What the EITC’s Increasing Popularity in the States Could Mean for Presidential Politics
July 16, 2015Print
By Kate Skochdopole
Presidential candidates seeking tax breaks for working families should look to the states for inspiration.
It’s been a landmark year for state-level progressive Earned Income Tax Credit (EITC) legislation. California recently became the 27th state (including the District of Columbia) to offer an EITC of its own, and Maine made its credit refundable last week. Massachusetts, New Jersey and Rhode Island passed legislation to increase their state EITCs to a higher percentage of the federal credit. Republican and Democratic governors approved these measures with support from lawmakers on both sides of the aisle.
Not only does the EITC enjoy bipartisan support across the states, but also it’s widely popular among voters as an anti-poverty tool. In Michigan, the only state currently considering the elimination of its EITC, 69 percent of voters oppose cutting the credit – even if it could help pay for improved roads across the state.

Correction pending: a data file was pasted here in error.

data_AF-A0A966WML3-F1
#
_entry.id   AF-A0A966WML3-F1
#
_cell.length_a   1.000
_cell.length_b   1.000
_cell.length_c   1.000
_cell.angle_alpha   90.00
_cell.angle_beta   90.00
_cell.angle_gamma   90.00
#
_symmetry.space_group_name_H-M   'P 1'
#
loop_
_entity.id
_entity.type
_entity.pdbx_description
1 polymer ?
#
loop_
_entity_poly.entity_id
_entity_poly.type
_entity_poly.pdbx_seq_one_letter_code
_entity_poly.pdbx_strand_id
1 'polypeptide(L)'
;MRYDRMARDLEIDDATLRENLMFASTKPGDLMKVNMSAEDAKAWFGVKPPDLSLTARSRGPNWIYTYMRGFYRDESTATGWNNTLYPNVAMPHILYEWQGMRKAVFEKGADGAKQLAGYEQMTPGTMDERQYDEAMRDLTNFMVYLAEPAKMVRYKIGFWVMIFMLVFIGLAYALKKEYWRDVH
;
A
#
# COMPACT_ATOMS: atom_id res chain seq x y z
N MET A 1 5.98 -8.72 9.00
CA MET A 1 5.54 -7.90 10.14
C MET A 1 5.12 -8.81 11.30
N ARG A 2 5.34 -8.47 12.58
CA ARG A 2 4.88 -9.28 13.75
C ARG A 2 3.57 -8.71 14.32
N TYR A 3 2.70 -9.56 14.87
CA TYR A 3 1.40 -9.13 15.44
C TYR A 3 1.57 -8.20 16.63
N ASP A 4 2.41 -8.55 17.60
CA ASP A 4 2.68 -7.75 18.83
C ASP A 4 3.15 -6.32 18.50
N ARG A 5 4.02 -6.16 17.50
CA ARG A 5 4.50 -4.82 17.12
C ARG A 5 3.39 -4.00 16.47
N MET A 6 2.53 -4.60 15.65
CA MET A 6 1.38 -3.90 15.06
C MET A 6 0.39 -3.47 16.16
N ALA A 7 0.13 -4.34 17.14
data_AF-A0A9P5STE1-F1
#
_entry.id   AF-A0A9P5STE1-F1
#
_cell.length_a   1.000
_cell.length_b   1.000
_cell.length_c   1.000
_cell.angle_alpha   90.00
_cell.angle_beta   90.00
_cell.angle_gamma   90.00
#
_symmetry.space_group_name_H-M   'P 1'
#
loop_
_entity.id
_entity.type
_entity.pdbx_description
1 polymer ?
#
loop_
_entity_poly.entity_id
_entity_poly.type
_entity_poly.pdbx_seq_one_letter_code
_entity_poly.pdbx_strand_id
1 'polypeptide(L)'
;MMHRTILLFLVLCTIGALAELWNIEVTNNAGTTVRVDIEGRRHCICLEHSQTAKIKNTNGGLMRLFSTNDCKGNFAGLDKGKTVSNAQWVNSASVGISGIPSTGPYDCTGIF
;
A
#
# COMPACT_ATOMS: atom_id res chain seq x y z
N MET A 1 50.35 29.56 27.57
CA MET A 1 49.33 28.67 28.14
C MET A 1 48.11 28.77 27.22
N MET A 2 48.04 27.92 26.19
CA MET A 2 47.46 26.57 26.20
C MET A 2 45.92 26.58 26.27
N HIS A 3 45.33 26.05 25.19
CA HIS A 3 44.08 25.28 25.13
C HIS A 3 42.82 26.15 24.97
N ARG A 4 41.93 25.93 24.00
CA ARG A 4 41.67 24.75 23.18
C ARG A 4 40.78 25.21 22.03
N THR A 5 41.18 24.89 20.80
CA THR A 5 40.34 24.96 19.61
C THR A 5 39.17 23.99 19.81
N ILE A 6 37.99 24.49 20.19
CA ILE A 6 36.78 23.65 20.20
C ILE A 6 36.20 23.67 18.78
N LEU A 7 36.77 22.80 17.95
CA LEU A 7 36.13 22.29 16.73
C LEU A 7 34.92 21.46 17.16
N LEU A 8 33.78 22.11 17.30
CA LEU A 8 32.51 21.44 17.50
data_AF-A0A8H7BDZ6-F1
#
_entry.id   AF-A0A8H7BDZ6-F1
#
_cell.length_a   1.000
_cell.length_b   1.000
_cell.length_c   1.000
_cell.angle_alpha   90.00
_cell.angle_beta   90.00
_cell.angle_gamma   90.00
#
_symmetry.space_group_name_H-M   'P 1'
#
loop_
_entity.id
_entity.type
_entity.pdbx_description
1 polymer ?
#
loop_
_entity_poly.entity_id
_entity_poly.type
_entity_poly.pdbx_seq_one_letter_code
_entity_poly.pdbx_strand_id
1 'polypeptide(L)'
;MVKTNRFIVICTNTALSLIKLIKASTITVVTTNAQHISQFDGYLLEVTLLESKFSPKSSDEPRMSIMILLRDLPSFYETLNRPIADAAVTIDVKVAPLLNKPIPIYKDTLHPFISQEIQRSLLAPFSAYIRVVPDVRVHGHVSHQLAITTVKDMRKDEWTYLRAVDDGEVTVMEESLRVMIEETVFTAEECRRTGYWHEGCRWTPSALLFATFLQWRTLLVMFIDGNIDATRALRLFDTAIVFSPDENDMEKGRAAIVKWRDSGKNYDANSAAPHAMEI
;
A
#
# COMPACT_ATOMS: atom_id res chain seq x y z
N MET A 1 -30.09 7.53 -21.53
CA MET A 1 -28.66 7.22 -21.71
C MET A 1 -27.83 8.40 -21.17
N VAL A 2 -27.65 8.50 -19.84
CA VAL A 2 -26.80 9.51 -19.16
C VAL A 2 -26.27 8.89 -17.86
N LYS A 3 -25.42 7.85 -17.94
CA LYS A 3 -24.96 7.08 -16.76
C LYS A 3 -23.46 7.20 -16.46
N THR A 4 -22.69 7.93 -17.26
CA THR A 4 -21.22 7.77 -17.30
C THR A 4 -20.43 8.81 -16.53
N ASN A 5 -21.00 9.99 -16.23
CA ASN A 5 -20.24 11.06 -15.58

So, what does this mean for those vying for the presidency in 2016?
“Candidates from both parties will be telling voters how they plan to reduce poverty and increase economic mobility,” says Ron Haskins, co-director of the Brookings Institution’s Center on Children and Families and of its Budgeting for National Priorities Project. “The EITC is bound to play a big role in the recommendations of candidates from both parties, especially expanding the EITC for noncustodial, (mostly male) parents.”
Most presidential candidates have not released the details of their economic plans, but a few have shown support for the EITC and other tax credits for working families during their time in office. Former Governors Martin O’Malley (D-MD) and George Pataki (R-NY) signed EITC expansions into law during their terms. New Jersey Gov. Chris Christie (R-NJ) recently proposed and made law an expansion of the state EITC after reducing the credit in 2010 and repeatedly vetoing efforts to restore it in following years. As 2016 nears and the candidates begin to release the specifics of their plans for the economy, it’s likely we’ll see more discussion around improving the federal EITC.
“Any policy supported by both Paul Ryan and Barack Obama has legs,” Haskins said, alluding to the fact that both the Democratic President and Republican Chairman of the House Ways and Means Committee have proposed expanding the EITC.